If social media is killing fashion by making it faster as a recent article suggests, it's only because fashion retailers are letting it. Case in point: Gap.
I've had a lifelong love affair with the Gap that began in elementary school and has been extended to its newest label, Athleta. And while I've long loved Gap brands, today it's more of a love/hate relationship.
When I was a kid in the 1970s, shopping at The Gap (as we called it then) was a pretty big deal. My friends and I would save our money and walk to our local shopping street—Devon Avenue in Chicago—and splurge on new jeans. The Gap sold Levi's then, as well as tank tops and t-shirts festooned with rainbows and sayings that ironically adorn the retro apparel of today.
In the 1980s, my high school and college friends "Fell Into The Gap," as the jingle said. We spent good money there and never felt out of style or a step behind.
Later as a new working reporter, I counted on Gap and Old Navy to fit my starting salary. As my earnings increased and needs changed, I stepped up to Banana Republic and spent a good part of my disposable income there.
Gap and its sister brands were successful because of the buyers, merchants and marketers who created three distinct brands—Gap, Old Navy and Banana Republic—for three distinct shoppers. But when the lines began to blur between them, so did Gap's profits and prospects.
The faster and cheaper fashions at Old Navy encroached on Gap. Banana Republic's slightly older and newly professional shopper was entering a different workforce, if she was working at all during the recession.
Gap hurt itself over the years, to be sure. It failed to adjust manufacturing to accommodate today's need for speed and value. And it has failed to reach younger shoppers—the company's purchase of high-end boutique brand Intermix is quite the opposite and more a bid for the luxury shopper than Zara's.
New brand Athleta is well-positioned to take advantage of today's more casual lifestyle shopper, but that brand is built much like its elders and appeals to Gap's older customer base: me.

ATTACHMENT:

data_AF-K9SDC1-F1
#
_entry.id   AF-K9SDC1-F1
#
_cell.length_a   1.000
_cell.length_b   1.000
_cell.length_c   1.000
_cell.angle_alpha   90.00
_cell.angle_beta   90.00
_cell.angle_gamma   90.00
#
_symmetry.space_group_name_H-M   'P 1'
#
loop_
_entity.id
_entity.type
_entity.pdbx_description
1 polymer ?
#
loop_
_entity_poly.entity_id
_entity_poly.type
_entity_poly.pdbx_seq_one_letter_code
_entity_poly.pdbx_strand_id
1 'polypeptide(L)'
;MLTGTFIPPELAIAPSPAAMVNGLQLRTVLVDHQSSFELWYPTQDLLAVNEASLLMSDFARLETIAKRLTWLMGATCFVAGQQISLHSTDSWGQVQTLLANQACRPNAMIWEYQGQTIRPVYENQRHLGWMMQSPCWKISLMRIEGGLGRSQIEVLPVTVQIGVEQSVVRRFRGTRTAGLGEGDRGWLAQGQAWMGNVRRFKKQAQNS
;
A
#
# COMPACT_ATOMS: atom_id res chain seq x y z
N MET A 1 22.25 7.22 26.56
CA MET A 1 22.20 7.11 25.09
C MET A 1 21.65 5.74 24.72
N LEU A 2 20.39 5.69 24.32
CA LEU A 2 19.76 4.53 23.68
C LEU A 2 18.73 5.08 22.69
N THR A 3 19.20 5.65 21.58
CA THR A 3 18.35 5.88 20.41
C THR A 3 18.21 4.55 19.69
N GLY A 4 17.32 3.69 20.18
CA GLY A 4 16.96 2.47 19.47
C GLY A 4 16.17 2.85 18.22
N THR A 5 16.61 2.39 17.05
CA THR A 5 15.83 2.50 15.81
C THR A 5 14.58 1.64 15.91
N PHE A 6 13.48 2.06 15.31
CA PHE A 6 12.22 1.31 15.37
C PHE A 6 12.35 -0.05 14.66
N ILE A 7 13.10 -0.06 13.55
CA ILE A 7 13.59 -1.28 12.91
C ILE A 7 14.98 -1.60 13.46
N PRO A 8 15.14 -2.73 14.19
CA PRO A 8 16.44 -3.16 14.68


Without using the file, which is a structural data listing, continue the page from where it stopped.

On a recent vacation to Mexico with a large group of girlfriends to celebrate a milestone birthday, seven of the 12 showed up poolside that first day in Athleta swimwear. Many also packed Athleta cover-ups, dresses, skirts, tanks, hats and shorts. We easily had $1,000 worth of Athleta merchandise by that pool.
My girlfriends and I even had an amateur Athleta photo shoot, sucked up our egos, posted it on Instagram and tagged it Athleta. I wondered if the retailer's social media team would pick up on it—engage us, share the photo. Many brands do and it's one of the best ways mobile is helping to cement loyalty and create customer generated content.
But it didn't. Our effort and collective spending didn't register.
Athleta and Gap has done little to leverage mobile. The app is little more than a microsite with a bar code scanner. It's not even close to a great user experience.
Instead of being young and nimble with lower prices, endless aisle, strong social media and innovative mobile marketing programs, Athleta as an operation looks a lot like Gap's. Prices are higher, merchandise is all private label. The store network is sparse and much of its seasonal inventory is carried only online.
In order to buy that bathing suit for vacation, I had to order multiple items and sizes, try them on at home, return the ones that didn't fit, and place new orders. Each time, I carried the cost of the order until all decisions were made and returns recorded. A lengthy and costly endeavor, and not one most millennials will engage in. They just don't have the bandwidth or credit limit. They do however, have other options.
If Gap doesn't figure it out and use technology to its advantage, it really will fall. -Laura